Docker Connection Refused Between Nginx And PHP Containers

I’m creating a cluster with my php-fprm compiled from source image and the nginx official image, but when I try to run a phpinfo() file the nginx returns the error below:

*5 connect() failed (111: Connection refused) while connecting to upstream, client:, server: localhost, request: "GET /phpinfo.php HTTP/1.1", upstream: "fastcgi://", host: ""

The docker-compose.yml file:

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  • version: '2'
        restart: always
        build: data/php
        image: php:7.1
          - "9000:9000"
          - 9000
          - ./app:/usr/share/nginx/html
        restart: always
        build: data/nginx
        image: nginx:1.10.2
          - "8000:80"
          - php
          - ./data/nginx/vhost.conf:/etc/nginx/conf.d/default.conf
          - ./data/nginx/nginx.conf:/etc/nginx/nginx.conf
          - ./app:/usr/share/nginx/html
          - ./data/log/nginx:/var/log/nginx

    I checked the 9000 port in my host and the netstat -an | grep :9000 command and the port are alive:

    tcp6       0      0 :::9000                 :::*                    OUÇA

    For more details see the files in this github repo (with the Dockerfile for that images):

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  • One Solution collect form web for “Docker Connection Refused Between Nginx And PHP Containers”

    Each container has its own localhost

    Nginx and PHP are running in two different containers, so PHP is not running on localhost (from Nginx’s perspective).

    Since your PHP container is named “php”, you don’t want to connect to this:


    You would want Nginx to connect to this instead:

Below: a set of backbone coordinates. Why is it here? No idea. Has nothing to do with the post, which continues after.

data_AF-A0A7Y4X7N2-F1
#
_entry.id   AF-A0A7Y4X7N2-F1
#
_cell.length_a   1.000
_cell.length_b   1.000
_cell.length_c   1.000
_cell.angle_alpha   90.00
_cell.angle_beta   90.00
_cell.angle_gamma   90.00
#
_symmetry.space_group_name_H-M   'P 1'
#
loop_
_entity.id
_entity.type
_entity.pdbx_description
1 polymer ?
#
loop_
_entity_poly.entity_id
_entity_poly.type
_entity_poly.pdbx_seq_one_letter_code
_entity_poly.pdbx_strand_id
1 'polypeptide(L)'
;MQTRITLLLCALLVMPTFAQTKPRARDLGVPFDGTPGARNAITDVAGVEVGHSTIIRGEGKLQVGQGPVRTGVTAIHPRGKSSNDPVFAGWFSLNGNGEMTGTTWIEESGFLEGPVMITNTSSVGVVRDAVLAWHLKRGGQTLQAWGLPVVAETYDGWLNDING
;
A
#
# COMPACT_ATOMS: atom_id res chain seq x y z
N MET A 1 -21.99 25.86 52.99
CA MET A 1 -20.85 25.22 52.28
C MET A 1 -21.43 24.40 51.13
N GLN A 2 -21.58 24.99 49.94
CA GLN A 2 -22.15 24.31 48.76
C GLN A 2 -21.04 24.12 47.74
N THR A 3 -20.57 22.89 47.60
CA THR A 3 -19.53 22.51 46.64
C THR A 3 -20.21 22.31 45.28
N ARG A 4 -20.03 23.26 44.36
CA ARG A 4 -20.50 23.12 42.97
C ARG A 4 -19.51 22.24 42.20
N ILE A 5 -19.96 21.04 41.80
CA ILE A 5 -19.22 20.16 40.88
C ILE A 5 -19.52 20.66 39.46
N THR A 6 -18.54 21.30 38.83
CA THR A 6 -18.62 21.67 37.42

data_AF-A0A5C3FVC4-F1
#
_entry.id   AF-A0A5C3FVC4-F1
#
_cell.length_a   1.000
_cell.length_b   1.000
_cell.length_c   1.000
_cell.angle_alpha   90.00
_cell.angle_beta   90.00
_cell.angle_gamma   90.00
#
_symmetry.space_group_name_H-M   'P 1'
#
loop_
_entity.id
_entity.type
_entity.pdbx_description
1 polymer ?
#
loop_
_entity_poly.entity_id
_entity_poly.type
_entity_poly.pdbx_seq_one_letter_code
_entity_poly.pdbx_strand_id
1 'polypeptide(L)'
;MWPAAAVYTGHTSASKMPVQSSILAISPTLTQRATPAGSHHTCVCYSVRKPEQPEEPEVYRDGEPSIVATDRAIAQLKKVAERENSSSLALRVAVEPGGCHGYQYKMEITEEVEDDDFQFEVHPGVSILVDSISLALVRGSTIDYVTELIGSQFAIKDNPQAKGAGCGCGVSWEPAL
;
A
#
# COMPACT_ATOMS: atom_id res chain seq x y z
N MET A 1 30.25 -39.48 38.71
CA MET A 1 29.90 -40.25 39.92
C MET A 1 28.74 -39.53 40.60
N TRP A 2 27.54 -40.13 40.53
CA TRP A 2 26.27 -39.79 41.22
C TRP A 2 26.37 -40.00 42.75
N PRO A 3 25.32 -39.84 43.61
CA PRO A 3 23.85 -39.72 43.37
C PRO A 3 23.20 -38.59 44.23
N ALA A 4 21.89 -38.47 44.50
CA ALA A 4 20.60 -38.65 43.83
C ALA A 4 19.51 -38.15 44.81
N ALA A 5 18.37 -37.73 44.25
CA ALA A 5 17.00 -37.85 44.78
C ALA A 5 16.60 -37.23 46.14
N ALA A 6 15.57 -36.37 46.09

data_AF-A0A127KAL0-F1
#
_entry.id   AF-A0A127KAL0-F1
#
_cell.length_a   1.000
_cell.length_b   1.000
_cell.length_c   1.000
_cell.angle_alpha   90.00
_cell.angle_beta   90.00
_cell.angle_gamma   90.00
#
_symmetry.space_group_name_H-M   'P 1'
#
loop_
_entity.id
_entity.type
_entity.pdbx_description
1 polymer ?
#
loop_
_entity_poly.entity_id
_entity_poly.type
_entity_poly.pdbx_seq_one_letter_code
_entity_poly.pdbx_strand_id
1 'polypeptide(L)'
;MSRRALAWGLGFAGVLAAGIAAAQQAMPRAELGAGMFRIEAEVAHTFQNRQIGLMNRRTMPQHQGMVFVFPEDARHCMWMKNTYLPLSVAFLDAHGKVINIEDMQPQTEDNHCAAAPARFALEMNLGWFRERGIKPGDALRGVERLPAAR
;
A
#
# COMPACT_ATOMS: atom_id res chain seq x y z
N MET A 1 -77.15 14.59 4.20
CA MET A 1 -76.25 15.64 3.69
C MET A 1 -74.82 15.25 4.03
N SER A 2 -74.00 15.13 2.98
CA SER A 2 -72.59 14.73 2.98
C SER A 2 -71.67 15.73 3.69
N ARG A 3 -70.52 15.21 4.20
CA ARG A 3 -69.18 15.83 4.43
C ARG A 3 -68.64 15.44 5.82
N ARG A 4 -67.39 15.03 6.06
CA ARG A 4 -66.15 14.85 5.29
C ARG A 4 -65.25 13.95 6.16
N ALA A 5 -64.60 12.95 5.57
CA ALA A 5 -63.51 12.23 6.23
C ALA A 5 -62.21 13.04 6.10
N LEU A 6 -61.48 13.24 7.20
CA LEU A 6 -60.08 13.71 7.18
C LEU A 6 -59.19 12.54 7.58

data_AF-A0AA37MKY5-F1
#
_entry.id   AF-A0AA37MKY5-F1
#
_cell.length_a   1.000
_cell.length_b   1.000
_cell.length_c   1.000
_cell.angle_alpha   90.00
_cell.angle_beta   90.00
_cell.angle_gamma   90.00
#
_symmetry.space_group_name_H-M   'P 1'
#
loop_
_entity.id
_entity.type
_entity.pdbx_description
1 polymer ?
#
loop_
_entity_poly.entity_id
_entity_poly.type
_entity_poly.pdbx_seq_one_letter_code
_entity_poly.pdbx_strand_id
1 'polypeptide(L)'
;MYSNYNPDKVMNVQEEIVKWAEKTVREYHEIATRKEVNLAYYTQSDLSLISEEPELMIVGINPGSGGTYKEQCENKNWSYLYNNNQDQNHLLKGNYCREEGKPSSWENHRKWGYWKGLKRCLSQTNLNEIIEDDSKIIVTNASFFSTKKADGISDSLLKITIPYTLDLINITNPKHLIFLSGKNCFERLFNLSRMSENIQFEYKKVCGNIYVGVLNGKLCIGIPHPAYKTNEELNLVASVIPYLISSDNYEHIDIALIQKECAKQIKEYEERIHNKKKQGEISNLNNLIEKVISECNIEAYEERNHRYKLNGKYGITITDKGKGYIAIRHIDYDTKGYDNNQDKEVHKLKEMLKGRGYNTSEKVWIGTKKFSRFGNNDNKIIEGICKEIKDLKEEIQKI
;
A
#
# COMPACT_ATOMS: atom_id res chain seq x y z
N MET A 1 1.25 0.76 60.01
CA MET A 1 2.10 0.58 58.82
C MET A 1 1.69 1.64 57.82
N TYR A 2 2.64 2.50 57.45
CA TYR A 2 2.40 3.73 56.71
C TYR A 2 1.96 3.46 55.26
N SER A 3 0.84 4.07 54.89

Looking at your repo on Github, I believe you need to change fastcgi_pass in data/nginx/vhost.conf to this:

    fastcgi_pass phpserver;

    And add an upstream to match. An upstream in Nginx is a way to define another server you are pointing to. You would put this outside of the server {} block, not inside.

    upstream phpserver {
        server php:9000

    What this does is define an upstream server in Nginx, named phpserver. That points to the hostname php on port 9000. Because your PHP container is named php in Docker, that is the hostname you can use to talk to it (within the Docker bridge network).

    Then we tell fastcgi_pass it should use the upstream server called phpserver.

    “ports” is only needed to expose a port outside of Docker

    Unless you need to independently connect to fastcgi/PHP from outside of Docker, you do not need the ports config on the php container. You need only expose in order to have nginx able to talk to php internally.

    It’s possible you need to define a Docker network

    Recently I have noticed sometimes people need to specifically create a Docker network to make this sort of scenario work. I’m not sure why that is, but here is how you would do that.

    First, create a network. Pick whatever name you like, I will use myapp in the below example.

    docker create network myapp

    You should now see this new network in docker network ls:

    $ docker network ls
    NETWORK ID          NAME                DRIVER       SCOPE
    c39b88eb8450        bridge              bridge       local
    175efb89adef        docker_default      bridge       local
    b34434cc8b1c        myapp               bridge       local

    Next, tell docker-compose to use this network. Add this block to the bottom of your docker-compose.yml file. It is at the top level of the YAML, meaning it should start at the left margin, not indented.

          name: myapp

    After doing this, you will want to stop your containers and restart, so they will pick up changes. You do not need to do a rebuild to change the network config.

    Docker will be the best open platform for developers and sysadmins to build, ship, and run distributed applications.